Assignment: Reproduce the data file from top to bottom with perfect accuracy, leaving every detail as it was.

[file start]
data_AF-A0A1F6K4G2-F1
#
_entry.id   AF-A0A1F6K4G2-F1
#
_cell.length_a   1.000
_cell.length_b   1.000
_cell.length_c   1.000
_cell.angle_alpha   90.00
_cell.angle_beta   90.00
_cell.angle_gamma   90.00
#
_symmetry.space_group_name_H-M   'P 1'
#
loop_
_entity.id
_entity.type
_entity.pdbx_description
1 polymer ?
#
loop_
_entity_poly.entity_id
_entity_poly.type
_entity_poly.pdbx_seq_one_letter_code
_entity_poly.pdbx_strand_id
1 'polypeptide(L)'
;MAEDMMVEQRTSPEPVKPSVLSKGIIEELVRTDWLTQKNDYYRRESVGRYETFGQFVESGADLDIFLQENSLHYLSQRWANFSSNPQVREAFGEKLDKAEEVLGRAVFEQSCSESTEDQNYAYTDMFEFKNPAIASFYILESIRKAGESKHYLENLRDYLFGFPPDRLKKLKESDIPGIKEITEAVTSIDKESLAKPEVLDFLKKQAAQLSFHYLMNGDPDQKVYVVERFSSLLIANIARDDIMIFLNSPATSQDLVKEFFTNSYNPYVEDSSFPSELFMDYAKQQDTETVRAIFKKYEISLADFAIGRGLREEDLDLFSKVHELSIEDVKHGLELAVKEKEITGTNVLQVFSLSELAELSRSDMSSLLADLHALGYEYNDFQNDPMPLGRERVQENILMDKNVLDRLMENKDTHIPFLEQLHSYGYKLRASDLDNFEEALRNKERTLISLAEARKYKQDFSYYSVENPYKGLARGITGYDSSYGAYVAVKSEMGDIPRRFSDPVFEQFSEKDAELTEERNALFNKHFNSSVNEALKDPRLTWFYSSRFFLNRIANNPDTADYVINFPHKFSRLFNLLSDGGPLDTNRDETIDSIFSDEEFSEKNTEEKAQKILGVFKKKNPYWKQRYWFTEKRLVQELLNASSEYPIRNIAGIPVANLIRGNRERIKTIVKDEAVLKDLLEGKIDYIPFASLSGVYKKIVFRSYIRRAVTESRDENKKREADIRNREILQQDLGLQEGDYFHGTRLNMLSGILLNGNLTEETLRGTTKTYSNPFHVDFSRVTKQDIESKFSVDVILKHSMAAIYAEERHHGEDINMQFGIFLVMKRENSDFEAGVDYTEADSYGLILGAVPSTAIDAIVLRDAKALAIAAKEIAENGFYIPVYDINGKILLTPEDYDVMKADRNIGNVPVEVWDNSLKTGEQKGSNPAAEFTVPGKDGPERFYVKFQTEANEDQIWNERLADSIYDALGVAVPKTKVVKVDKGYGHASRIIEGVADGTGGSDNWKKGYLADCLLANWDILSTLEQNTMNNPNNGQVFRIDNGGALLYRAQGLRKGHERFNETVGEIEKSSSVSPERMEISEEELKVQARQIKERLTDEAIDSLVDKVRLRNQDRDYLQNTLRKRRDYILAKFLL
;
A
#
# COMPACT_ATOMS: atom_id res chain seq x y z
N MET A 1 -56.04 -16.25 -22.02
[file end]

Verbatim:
data_AF-A0A1F6K4G2-F1
#
_entry.id   AF-A0A1F6K4G2-F1
#
_cell.length_a   1.000
_cell.length_b   1.000
_cell.length_c   1.000
_cell.angle_alpha   90.00
_cell.angle_beta   90.00
_cell.angle_gamma   90.00
#
_symmetry.space_group_name_H-M   'P 1'
#
loop_
_entity.id
_entity.type
_entity.pdbx_description
1 polymer ?
#
loop_
_entity_poly.entity_id
_entity_poly.type
_entity_poly.pdbx_seq_one_letter_code
_entity_poly.pdbx_strand_id
1 'polypeptide(L)'
;MAEDMMVEQRTSPEPVKPSVLSKGIIEELVRTDWLTQKNDYYRRESVGRYETFGQFVESGADLDIFLQENSLHYLSQRWANFSSNPQVREAFGEKLDKAEEVLGRAVFEQSCSESTEDQNYAYTDMFEFKNPAIASFYILESIRKAGESKHYLENLRDYLFGFPPDRLKKLKESDIPGIKEITEAVTSIDKESLAKPEVLDFLKKQAAQLSFHYLMNGDPDQKVYVVERFSSLLIANIARDDIMIFLNSPATSQDLVKEFFTNSYNPYVEDSSFPSELFMDYAKQQDTETVRAIFKKYEISLADFAIGRGLREEDLDLFSKVHELSIEDVKHGLELAVKEKEITGTNVLQVFSLSELAELSRSDMSSLLADLHALGYEYNDFQNDPMPLGRERVQENILMDKNVLDRLMENKDTHIPFLEQLHSYGYKLRASDLDNFEEALRNKERTLISLAEARKYKQDFSYYSVENPYKGLARGITGYDSSYGAYVAVKSEMGDIPRRFSDPVFEQFSEKDAELTEERNALFNKHFNSSVNEALKDPRLTWFYSSRFFLNRIANNPDTADYVINFPHKFSRLFNLLSDGGPLDTNRDETIDSIFSDEEFSEKNTEEKAQKILGVFKKKNPYWKQRYWFTEKRLVQELLNASSEYPIRNIAGIPVANLIRGNRERIKTIVKDEAVLKDLLEGKIDYIPFASLSGVYKKIVFRSYIRRAVTESRDENKKREADIRNREILQQDLGLQEGDYFHGTRLNMLSGILLNGNLTEETLRGTTKTYSNPFHVDFSRVTKQDIESKFSVDVILKHSMAAIYAEERHHGEDINMQFGIFLVMKRENSDFEAGVDYTEADSYGLILGAVPSTAIDAIVLRDAKALAIAAKEIAENGFYIPVYDINGKILLTPEDYDVMKADRNIGNVPVEVWDNSLKTGEQKGSNPAAEFTVPGKDGPERFYVKFQTEANEDQIWNERLADSIYDALGVAVPKTKVVKVDKGYGHASRIIEGVADGTGGSDNWKKGYLADCLLANWDILSTLEQNTMNNPNNGQVFRIDNGGALLYRAQGLRKGHERFNETVGEIEKSSSVSPERMEISEEELKVQARQIKERLTDEAIDSLVDKVRLRNQDRDYLQNTLRKRRDYILAKFLL
;
A
#
# COMPACT_ATOMS: atom_id res chain seq x y z
N MET A 1 -56.04 -16.25 -22.02